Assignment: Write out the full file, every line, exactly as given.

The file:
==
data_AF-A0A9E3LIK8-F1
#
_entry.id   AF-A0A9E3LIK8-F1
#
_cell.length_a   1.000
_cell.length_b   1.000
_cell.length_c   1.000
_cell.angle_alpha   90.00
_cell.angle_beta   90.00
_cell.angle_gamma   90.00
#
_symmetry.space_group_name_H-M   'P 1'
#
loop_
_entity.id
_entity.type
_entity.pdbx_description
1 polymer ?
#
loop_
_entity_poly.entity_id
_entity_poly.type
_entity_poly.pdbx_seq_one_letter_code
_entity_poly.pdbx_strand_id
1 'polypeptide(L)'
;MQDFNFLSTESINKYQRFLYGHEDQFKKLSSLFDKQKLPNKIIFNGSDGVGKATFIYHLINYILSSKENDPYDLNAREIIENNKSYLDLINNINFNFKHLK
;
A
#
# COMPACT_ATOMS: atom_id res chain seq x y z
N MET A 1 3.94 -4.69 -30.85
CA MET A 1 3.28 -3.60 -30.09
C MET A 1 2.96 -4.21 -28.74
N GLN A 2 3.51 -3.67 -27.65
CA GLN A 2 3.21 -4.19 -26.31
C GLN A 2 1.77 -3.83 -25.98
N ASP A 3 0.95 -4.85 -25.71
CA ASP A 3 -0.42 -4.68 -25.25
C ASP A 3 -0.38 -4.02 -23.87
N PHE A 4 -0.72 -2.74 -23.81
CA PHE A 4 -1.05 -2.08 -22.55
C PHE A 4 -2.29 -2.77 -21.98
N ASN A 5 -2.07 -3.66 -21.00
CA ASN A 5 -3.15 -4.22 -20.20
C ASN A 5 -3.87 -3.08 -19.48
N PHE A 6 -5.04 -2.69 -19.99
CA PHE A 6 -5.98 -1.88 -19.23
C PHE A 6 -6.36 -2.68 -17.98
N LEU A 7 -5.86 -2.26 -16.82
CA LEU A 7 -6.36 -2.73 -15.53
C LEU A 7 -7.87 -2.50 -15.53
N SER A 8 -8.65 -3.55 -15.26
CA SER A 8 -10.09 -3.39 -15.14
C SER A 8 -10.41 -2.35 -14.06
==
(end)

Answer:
data_AF-A0A9E3LIK8-F1
#
_entry.id   AF-A0A9E3LIK8-F1
#
_cell.length_a   1.000
_cell.length_b   1.000
_cell.length_c   1.000
_cell.angle_alpha   90.00
_cell.angle_beta   90.00
_cell.angle_gamma   90.00
#
_symmetry.space_group_name_H-M   'P 1'
#
loop_
_entity.id
_entity.type
_entity.pdbx_description
1 polymer ?
#
loop_
_entity_poly.entity_id
_entity_poly.type
_entity_poly.pdbx_seq_one_letter_code
_entity_poly.pdbx_strand_id
1 'polypeptide(L)'
;MQDFNFLSTESINKYQRFLYGHEDQFKKLSSLFDKQKLPNKIIFNGSDGVGKATFIYHLINYILSSKENDPYDLNAREIIENNKSYLDLINNINFNFKHLK
;
A
#
# COMPACT_ATOMS: atom_id res chain seq x y z
N MET A 1 3.94 -4.69 -30.85
CA MET A 1 3.28 -3.60 -30.09
C MET A 1 2.96 -4.21 -28.74
N GLN A 2 3.51 -3.67 -27.65
CA GLN A 2 3.21 -4.19 -26.31
C GLN A 2 1.77 -3.83 -25.98
N ASP A 3 0.95 -4.85 -25.71
CA ASP A 3 -0.42 -4.68 -25.25
C ASP A 3 -0.38 -4.02 -23.87
N PHE A 4 -0.72 -2.74 -23.81
CA PHE A 4 -1.05 -2.08 -22.55
C PHE A 4 -2.29 -2.77 -21.98
N ASN A 5 -2.07 -3.66 -21.00
CA ASN A 5 -3.15 -4.22 -20.20
C ASN A 5 -3.87 -3.08 -19.48
N PHE A 6 -5.04 -2.69 -19.99
CA PHE A 6 -5.98 -1.88 -19.23
C PHE A 6 -6.36 -2.68 -17.98
N LEU A 7 -5.86 -2.26 -16.82
CA LEU A 7 -6.36 -2.73 -15.53
C LEU A 7 -7.87 -2.50 -15.53
N SER A 8 -8.65 -3.55 -15.26
CA SER A 8 -10.09 -3.39 -15.14
C SER A 8 -10.41 -2.35 -14.06